Business machines: 20 x 2.4 x 6.0 = 288
Sensible heat gain = 1250
Latent heat gains:
34 W 100 W 134 W 
Infiltration by equation (7.42):
0. 8 x 0.5 x (2.4 x 2.6 x 6.0) x (10.65 — 8.366) = People: 2 x 50 =
Latent heat gain =
(b) From Table 7.11: maximum solar intensity: 695 W From Table 7.12: storage load factor: 0.67 From Table 7.6 the shading coefficient: 0.54 Solar load: 0.95 x 0.54 x 0.67 x 695 = 239 W nT2 Total sensible heat gain from (a): 1250 W
802 W 522 W 1324 W 
Solar gain through glass from (a): 448 W
Remaining other sensible gain: Solar gain: 2.184 x 239 =
Sensible heat gain:
(c)
,2 
From Table 7.13:
Solar cooling load (271 + 325)/2 = 298 W m“
From Table 7.14, the correction factor for shading is 0.95 and the airpoint control factor (because the tabulated data are for the control of dry resultant temperature) is 0.91 Remaining other sensible gain: 802 W
1365 W 
Solar gain: 2.184 x 298 x 0.95 x 0.91 563 W
Sensible gain:
(d) From CIBSE Table A9.15 (1986) the cooling load due to solar gain through glass is 270 W m2, the shading factor is 0.74 and the airpoint control factor is 0.91.
Remaining other sensible gain: 802 W
397 W 1199 W 
Solar gain: 2.184 x 270 x 0.74 x 0.91 Sensible gain:
(e) Comparing the results:
Sensible 
Glass 

Gain 
Solar gain 

(d) Table A9.15 (CIBSE 1986) 
1199 W 
100% 
397 W 
100% 
(a) Tables 7.9 and 7.10 (Haden Young) 
1250 W 
104% 
448 W 
113% 
(b) Tables 7.11 and 7.12 (Carrier Air 

Conditioning Company 1965) 
1324 W 
110% 
522 W 
131% 
(c) Tables 7.13 and 7.14 (CIBSE A2 1999)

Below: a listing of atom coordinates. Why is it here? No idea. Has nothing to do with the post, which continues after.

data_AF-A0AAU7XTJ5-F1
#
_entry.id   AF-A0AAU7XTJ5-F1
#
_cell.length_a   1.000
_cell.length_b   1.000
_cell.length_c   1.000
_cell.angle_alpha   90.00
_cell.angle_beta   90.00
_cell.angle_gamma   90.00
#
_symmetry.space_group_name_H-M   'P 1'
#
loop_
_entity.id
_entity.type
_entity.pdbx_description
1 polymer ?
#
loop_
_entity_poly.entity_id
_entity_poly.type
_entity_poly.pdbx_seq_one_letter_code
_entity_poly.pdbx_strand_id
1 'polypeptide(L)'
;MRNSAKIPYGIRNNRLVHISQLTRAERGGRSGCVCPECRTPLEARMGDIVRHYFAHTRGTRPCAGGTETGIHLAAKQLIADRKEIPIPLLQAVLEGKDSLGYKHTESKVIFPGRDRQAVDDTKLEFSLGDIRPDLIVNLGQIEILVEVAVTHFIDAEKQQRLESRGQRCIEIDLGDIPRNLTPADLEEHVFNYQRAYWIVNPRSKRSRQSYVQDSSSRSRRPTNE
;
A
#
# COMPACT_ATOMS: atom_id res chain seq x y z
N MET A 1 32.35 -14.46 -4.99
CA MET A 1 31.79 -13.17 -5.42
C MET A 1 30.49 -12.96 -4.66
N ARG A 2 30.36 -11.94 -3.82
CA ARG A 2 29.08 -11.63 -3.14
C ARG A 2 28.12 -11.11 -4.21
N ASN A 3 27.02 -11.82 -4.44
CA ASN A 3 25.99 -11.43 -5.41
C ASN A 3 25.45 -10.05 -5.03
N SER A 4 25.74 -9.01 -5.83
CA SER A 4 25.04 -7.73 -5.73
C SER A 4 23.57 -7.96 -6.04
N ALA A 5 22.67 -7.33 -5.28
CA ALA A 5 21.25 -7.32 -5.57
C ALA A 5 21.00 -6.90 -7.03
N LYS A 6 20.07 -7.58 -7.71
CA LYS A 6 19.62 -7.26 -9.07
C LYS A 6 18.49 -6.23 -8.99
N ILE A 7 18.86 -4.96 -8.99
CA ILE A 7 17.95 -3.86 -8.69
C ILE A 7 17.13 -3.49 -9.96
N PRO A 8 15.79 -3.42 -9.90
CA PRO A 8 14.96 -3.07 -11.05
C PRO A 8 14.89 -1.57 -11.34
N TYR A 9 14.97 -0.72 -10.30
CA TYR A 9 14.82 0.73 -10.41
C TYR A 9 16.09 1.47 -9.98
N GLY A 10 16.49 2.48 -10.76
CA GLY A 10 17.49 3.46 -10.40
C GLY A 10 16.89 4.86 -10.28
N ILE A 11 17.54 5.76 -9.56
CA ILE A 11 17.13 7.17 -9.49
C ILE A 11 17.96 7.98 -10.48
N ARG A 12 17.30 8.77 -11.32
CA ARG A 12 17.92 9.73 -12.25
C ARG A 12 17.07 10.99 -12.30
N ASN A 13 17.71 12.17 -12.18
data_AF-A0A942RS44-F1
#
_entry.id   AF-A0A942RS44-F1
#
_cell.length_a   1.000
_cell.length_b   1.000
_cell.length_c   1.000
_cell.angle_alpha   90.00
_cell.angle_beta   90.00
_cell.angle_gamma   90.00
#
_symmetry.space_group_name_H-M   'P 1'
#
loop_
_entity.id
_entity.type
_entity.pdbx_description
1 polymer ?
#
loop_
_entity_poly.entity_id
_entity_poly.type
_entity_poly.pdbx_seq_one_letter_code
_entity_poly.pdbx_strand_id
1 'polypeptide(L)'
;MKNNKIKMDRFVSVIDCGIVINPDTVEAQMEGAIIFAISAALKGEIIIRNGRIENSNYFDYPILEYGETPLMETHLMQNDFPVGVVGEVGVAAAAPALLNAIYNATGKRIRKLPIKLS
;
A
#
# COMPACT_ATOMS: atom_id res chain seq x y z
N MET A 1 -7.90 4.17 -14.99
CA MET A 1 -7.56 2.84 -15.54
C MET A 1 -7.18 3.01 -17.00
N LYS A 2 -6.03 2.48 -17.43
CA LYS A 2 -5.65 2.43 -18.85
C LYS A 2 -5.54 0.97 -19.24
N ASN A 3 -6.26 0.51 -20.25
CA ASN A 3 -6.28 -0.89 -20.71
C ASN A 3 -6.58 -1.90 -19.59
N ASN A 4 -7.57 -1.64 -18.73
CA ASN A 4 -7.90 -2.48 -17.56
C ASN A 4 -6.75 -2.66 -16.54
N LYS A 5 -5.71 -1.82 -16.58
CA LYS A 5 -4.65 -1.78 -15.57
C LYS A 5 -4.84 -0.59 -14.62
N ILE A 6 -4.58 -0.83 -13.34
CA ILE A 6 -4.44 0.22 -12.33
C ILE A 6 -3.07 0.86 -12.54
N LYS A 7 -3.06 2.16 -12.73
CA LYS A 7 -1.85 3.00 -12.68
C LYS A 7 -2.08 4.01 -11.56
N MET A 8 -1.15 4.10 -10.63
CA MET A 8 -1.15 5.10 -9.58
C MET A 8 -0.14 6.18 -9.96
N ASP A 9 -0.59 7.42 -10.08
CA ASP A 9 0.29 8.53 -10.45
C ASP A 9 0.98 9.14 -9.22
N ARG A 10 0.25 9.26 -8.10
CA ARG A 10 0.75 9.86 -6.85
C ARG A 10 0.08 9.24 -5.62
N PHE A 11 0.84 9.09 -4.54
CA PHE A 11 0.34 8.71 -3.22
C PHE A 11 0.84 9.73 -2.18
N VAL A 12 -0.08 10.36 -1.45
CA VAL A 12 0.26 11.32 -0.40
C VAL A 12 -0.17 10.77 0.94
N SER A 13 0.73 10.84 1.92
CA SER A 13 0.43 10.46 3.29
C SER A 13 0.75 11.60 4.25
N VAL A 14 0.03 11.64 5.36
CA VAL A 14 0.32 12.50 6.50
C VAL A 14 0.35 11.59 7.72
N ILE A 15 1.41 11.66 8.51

1365 W 
113% 
565 W 
142% 
Note that the approximate percentages of the components of the sensible gain to a typical office module are: glass transmission 3 per cent, wall transmission 1 per cent, infiltration 3 per cent, solar gain through glass 36 per cent, people 14 per cent, lights 20 per cent and business machines 23 per cent. It is also worth noting that the approximate specific sensible gain is about 80 to 90 W m2, referred to the treated modular floor area.
The effects of changing the summer outside design state and the state maintained in the room are worth consideration. Tables 5.3 and 5.4 give details of the percentages of the hours in the summer that outside drybulbs and wetbulbs were exceeded at Heathrow for the period 197695. If lower outside design temperatures are chosen the heat gains will be reduced but the chances of the air conditioning system not giving full satisfaction are increased. Similarly, raising the drybulb temperature maintained in the room, with the risk of less comfort, may be a consideration. Further, if the outside wetbulb or the room enthalpy are altered there will be an effect on the fresh air load (see sections 8.1 and 8.2). All these matters have implications for comfort, the satisfaction of the client, capital costs and running costs. The benefits of any measure considered must be balanced against its disadvantages, by considering Table 5.3 or 5.4.